The recovery of minerals from brine waters dates back to the first time that someone precipitated a compound from a salt solution. Precipitation is the most used separation process employed in separating minerals from seawater or subsurface brines. Our separation method shows economic promise in mineral separation from subsurface brines. The object of our company is to extract minerals from brine water and have fresh water as our byproduct. Now consider mineral recovery as a means of reducing the cost of oilfield brine disposal.
Some brines contain valuable minerals, when recovered would generate revenue for the company. We can also sell the byproduct of fresh water to hydraulic fracturing operations, agriculture or any industry needing clean water. Recovery of certain minerals and potable water should lower the potential of the disposed brine as a pollutant and preserve our natural fresh water supplies. Starting with the most abundant and proceeding to the least abundant, these are chloride, sodium, magnesium, sulphur, calcium, potassium, bromine, inorganic carbon and strontium.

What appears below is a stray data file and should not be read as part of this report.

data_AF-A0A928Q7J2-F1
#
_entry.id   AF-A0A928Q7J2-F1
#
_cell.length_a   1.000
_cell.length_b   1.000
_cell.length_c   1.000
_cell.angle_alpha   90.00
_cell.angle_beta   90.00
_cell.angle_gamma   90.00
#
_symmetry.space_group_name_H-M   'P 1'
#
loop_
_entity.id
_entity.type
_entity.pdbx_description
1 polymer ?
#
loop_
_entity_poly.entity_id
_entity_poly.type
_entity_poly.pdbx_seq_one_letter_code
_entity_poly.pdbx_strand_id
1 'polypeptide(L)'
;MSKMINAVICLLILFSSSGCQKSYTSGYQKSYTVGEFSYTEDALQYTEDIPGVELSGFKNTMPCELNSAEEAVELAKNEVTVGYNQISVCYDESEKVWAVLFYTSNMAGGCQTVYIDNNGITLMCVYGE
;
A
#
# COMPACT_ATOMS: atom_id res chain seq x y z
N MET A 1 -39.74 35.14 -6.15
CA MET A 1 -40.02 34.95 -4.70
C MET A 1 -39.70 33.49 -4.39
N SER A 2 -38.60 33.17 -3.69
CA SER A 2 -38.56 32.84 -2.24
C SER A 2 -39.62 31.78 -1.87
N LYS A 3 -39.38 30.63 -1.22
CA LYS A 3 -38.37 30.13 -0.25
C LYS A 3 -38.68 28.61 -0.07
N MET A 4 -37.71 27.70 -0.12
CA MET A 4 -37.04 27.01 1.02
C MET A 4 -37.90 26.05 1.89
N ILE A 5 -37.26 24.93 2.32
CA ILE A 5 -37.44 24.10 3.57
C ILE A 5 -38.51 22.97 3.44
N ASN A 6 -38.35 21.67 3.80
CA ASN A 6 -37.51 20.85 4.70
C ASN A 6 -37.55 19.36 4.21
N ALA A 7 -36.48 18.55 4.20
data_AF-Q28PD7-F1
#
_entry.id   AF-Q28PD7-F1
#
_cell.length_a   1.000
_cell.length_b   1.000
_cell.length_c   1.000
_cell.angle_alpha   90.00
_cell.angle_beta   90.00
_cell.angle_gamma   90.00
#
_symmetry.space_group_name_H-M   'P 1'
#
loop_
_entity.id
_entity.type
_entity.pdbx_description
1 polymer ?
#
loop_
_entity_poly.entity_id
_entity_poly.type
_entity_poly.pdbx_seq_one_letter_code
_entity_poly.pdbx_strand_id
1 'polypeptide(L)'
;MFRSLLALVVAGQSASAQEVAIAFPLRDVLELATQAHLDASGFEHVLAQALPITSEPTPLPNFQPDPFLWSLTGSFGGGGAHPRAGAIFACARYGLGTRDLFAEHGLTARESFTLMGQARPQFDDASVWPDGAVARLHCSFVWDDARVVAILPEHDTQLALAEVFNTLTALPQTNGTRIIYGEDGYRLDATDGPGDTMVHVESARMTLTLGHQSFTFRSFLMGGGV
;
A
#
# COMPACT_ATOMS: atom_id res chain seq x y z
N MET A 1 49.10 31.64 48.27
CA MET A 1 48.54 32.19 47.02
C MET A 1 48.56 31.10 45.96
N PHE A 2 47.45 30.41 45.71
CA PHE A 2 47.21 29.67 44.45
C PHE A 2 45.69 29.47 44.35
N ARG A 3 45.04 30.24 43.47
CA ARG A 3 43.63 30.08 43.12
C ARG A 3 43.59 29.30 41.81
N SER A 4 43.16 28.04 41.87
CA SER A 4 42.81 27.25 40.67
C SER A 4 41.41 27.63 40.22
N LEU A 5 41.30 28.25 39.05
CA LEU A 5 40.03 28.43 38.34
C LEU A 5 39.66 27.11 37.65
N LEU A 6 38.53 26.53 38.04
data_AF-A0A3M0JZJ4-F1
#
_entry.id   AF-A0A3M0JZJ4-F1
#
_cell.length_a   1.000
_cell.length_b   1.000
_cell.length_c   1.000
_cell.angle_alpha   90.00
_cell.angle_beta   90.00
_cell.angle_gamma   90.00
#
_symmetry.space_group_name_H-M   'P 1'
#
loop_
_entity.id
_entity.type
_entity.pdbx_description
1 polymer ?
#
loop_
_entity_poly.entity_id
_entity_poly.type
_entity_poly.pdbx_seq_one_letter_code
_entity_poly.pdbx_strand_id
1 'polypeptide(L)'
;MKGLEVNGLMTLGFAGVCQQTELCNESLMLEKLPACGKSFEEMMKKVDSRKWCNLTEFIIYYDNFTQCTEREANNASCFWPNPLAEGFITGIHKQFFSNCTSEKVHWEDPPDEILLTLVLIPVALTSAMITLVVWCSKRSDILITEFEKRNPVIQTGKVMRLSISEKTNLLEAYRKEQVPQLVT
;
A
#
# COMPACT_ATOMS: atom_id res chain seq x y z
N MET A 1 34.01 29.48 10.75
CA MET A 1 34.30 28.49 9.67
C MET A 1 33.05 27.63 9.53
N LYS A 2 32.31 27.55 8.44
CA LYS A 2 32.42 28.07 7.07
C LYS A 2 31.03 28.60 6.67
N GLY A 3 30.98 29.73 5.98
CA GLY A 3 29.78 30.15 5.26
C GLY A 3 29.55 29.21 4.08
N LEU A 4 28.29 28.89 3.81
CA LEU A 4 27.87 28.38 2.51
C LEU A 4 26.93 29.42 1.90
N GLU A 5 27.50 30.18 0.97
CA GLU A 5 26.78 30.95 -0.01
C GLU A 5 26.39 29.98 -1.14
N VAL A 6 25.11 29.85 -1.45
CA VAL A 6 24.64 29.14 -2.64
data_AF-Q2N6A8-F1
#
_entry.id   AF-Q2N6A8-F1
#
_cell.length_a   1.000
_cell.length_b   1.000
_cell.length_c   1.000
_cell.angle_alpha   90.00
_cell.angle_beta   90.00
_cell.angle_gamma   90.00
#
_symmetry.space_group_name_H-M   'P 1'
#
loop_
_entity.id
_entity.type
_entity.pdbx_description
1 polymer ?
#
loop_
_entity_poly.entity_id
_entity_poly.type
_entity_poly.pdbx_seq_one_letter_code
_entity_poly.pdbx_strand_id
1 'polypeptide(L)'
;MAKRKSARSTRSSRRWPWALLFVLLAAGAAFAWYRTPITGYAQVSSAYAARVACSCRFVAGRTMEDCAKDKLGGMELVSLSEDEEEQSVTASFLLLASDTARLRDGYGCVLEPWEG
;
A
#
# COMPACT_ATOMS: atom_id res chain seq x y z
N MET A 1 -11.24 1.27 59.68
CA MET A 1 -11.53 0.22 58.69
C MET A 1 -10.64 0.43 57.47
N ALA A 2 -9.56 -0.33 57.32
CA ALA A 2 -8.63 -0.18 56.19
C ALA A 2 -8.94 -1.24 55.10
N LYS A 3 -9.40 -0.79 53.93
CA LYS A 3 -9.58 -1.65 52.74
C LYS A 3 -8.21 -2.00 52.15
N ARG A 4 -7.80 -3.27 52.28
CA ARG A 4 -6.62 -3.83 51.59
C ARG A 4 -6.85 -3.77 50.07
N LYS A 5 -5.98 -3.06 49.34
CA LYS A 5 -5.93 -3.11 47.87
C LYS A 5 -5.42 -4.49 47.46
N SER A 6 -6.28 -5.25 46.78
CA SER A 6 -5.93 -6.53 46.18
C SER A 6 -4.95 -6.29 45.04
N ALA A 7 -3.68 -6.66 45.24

Then follow boron, silicon, organic carbon, aluminum, fluorine, nitrogen in the form of nitrate, organic nitrogen, rubidium, lithium, phosphorous in the form of phosphate, copper, barium, iodine, nitrogen in the form of nitrite and nitrogen in the form of ammonia.
Thereafter, we have arsenic, iron, organic phosphorous, zinc, manganese, lead, selenium, tin, cesium, molybdenum and uranium.
Then come gallium, nickel, thorium, cerium, vanadium, lanthanum, yttrium, mercury, silver, bismuth, cobalt and finally, gold.
Lithcor’s focus is to utilize our unique extraction method to improve the environment, develop economical and commercially viable minerals.